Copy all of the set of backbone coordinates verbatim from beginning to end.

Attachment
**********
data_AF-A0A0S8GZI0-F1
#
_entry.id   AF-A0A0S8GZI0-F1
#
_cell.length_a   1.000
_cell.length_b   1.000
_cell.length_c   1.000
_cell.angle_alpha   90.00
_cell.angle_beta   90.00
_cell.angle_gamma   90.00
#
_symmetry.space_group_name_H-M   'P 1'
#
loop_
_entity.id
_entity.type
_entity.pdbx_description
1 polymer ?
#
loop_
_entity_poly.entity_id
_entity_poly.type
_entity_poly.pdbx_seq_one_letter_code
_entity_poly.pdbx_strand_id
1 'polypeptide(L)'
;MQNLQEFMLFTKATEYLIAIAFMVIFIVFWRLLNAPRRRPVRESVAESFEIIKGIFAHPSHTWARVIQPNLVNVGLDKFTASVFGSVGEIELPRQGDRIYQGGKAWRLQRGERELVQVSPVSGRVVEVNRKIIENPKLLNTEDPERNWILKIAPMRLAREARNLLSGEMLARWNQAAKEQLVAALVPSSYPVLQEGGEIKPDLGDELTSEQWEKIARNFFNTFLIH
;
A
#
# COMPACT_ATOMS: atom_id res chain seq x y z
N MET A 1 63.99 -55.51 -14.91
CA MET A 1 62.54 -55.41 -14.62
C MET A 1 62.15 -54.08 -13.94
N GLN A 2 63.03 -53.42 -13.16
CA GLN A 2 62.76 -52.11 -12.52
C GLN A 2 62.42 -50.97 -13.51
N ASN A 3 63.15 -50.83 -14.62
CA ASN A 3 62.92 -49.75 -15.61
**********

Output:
data_AF-A0A0S8GZI0-F1
#
_entry.id   AF-A0A0S8GZI0-F1
#
_cell.length_a   1.000
_cell.length_b   1.000
_cell.length_c   1.000
_cell.angle_alpha   90.00
_cell.angle_beta   90.00
_cell.angle_gamma   90.00
#
_symmetry.space_group_name_H-M   'P 1'
#
loop_
_entity.id
_entity.type
_entity.pdbx_description
1 polymer ?
#
loop_
_entity_poly.entity_id
_entity_poly.type
_entity_poly.pdbx_seq_one_letter_code
_entity_poly.pdbx_strand_id
1 'polypeptide(L)'
;MQNLQEFMLFTKATEYLIAIAFMVIFIVFWRLLNAPRRRPVRESVAESFEIIKGIFAHPSHTWARVIQPNLVNVGLDKFTASVFGSVGEIELPRQGDRIYQGGKAWRLQRGERELVQVSPVSGRVVEVNRKIIENPKLLNTEDPERNWILKIAPMRLAREARNLLSGEMLARWNQAAKEQLVAALVPSSYPVLQEGGEIKPDLGDELTSEQWEKIARNFFNTFLIH
;
A
#
# COMPACT_ATOMS: atom_id res chain seq x y z
N MET A 1 63.99 -55.51 -14.91
CA MET A 1 62.54 -55.41 -14.62
C MET A 1 62.15 -54.08 -13.94
N GLN A 2 63.03 -53.42 -13.16
CA GLN A 2 62.76 -52.11 -12.52
C GLN A 2 62.42 -50.97 -13.51
N ASN A 3 63.15 -50.83 -14.62
CA ASN A 3 62.92 -49.75 -15.61